Discover more from Bent Column
One of the many, many, many things they don’t tell you about having “rare” chronic diseases is that the seemingly odd symptom can turn into an entire lifetime issue. Ehlers Danlos Syndrome (EDS) and 1Autonomic Small Fiber Neuropathy (ASFN) are both extremely understudied. We, the sufferers, have to spend time scouring the internet and medical journals for tiny morsels of information which may align with our experiences and, in turn, bring some peace of mind to much of the uncertainty around our symptoms.
EDS seems to be much more common than ASFN. There are even social media influencers who share their EDS issues. I’ve written about how I believe EDS is directly associated with gastroparesis, POTS, and migraines. Though that isn’t accept as fact amongst doctors, it is rare to find one of those conditions effecting someone without the others attached. On the other hand, ASFN isn’t a disorder that I see popping up much online. Being extraordinarily difficult to diagnose, I can’t help wonder how many people are suffering symptoms which fall into the misc. category, but they would actually be explained with this comorbidity or possibly even an umbrella diagnosis of ASFN.
One of the issues which falls under both EDS and ASFN symptomology is skin issues. Connective tissue and nerves are both main components of our skin. I have the easy scarring, stretchiness, and bruising… supposedly all EDS symptoms. I also have the numbness, burning, stabbing, temperature issues, and generalized pain… supposedly all ASFN problems. What I haven’t found in the medical journals or online writings are the skin issues around allergic reactions, discoloration, tearing, and general injuries with either EDS or ASFN.
Recently, *gnarly stuff ahead warning* I have started experiencing my skin separating from my nails when there is pressure. An example would be putting something such as crampons on my shoes. You have to pull and fidget with force to put these on. That force of pressure against my fingers whilst pulling, tears the skin away from the sides of my nail-beds. When this first happened, I thought back to experiences in my past that I had always just shrugged off as personal oddities. Eggshells frequently cut me. Getting my cuticles cut would always result in bleeding and tearing no matter the technician. Opening difficult bottle caps would rip my hands up. I scar from bug bites that aren’t scratched.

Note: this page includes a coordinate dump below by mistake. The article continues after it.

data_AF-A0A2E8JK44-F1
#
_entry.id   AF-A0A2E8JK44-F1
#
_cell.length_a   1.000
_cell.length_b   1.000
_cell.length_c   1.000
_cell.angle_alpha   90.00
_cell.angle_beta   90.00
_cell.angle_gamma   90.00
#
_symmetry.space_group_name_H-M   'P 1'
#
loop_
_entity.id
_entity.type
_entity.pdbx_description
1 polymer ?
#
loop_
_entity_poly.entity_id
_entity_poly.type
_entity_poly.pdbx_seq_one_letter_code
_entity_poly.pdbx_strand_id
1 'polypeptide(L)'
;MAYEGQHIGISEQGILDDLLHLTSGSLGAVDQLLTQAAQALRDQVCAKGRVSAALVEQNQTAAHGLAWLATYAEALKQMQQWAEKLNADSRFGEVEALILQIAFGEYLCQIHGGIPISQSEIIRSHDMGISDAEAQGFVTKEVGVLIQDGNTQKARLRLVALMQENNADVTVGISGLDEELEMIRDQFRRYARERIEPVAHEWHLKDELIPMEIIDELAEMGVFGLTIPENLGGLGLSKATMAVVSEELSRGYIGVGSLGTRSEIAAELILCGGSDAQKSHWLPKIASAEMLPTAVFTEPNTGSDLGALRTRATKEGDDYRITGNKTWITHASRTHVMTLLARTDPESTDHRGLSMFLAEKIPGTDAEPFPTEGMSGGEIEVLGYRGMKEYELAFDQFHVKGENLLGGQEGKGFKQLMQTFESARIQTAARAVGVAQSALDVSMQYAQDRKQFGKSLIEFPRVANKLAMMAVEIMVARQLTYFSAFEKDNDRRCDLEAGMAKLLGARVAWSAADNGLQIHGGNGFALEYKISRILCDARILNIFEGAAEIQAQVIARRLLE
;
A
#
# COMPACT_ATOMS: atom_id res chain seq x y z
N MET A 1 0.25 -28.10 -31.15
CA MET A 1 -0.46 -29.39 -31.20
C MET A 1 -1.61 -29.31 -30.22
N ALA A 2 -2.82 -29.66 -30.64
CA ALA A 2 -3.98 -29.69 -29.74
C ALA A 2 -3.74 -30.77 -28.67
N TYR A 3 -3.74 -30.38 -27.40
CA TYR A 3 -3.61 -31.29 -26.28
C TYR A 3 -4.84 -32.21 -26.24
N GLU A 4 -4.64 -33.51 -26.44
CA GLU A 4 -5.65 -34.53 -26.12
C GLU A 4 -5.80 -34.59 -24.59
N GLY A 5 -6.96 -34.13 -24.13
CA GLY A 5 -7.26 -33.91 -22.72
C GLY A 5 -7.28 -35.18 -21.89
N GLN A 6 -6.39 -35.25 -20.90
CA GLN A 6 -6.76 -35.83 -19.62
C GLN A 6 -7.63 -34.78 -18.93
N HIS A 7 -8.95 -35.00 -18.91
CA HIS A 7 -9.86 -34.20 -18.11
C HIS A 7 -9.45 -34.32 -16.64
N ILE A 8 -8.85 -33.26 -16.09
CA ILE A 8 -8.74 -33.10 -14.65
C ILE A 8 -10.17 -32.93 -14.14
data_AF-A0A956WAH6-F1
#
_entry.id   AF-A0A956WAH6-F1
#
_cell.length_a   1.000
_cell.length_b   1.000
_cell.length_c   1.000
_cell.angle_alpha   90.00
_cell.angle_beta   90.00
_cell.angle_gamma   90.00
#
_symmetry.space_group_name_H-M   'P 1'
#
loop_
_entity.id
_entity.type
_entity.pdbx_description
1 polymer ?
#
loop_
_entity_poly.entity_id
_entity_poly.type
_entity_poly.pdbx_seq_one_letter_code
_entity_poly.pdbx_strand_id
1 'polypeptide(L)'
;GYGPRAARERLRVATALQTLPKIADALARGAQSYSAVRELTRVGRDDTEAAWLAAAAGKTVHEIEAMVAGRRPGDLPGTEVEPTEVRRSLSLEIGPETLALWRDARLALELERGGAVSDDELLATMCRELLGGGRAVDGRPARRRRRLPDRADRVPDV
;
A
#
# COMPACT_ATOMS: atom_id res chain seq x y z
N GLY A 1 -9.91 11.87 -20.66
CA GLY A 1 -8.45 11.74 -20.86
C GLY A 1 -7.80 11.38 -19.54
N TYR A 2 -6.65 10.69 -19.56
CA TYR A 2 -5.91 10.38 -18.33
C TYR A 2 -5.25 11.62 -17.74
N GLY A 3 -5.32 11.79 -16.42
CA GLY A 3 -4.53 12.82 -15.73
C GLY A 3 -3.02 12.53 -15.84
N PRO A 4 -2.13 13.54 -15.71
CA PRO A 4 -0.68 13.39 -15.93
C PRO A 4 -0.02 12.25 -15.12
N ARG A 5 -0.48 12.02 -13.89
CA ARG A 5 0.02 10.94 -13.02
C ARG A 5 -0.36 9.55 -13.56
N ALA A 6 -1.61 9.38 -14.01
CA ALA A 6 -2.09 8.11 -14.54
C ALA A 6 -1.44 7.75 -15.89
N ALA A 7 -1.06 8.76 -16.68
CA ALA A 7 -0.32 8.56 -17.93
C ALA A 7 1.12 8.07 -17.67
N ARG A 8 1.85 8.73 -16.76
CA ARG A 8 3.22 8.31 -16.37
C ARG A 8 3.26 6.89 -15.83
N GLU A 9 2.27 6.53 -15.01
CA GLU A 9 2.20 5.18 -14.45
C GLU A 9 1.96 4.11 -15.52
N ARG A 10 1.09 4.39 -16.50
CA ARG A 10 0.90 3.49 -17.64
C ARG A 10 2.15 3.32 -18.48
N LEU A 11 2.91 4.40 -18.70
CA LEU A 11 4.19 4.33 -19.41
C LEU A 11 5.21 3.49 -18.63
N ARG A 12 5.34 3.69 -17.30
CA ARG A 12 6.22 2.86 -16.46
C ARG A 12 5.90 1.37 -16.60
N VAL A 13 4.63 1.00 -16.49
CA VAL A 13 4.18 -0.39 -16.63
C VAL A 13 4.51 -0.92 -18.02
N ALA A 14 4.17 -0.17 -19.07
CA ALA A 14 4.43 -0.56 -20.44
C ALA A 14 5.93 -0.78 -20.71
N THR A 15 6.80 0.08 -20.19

These issues weren’t originally age related. I remember theses things happening in my late teens and early twenties. Things just healed faster and the scars were fainter back then. Unfortunately, unlike muscles, skin isn’t something that can be strengthened. I can use all the creams, ointments, oils, lasers, etc. Nothing will add a notable amount of collagen and robustness. Instead, I practice awareness. If something is difficult to open, I will ask someone or use a tool. Gloves are practical and stylish (though they can be painful if too tight). Keep nails healthy and manicured. Use lotions, soaps, and oils that help maintain moisture and can possibly have an aesthetic benefit. Dry brush before showers. Avoid wearing shoes for long periods of time whenever you can. Enjoy the practice of sitting shoes verses functional shoes. Wear sunscreen and bug spray with low irritant ingredients. Try to find bandaids, plasters, and other skin cut protectors which use sensitive skin adhesive or wrap on themselves to stay in place.
Generally, treating your skin as though you are a very fancy wealthy individual will set you up for the least amount of pain and damage. You don’t have to be rich to take care of yourself. Your body is already bent and often completely broken. Put this stupid meat sack at the top of your pamper list whenever you have the capacity and capability. Sometimes we have days where we have to convince ourselves to last a little longer on this planet. A cheap face mask, warm shower, freshly brushed teeth, and some lotion you love makes for a great pause of those dooming feelings. Concentrate on the top layer being calmed and, just maybe, the rest will follow for awhile.
Flayed man with left hand on hip Giulio Bonasone ca. 1531–76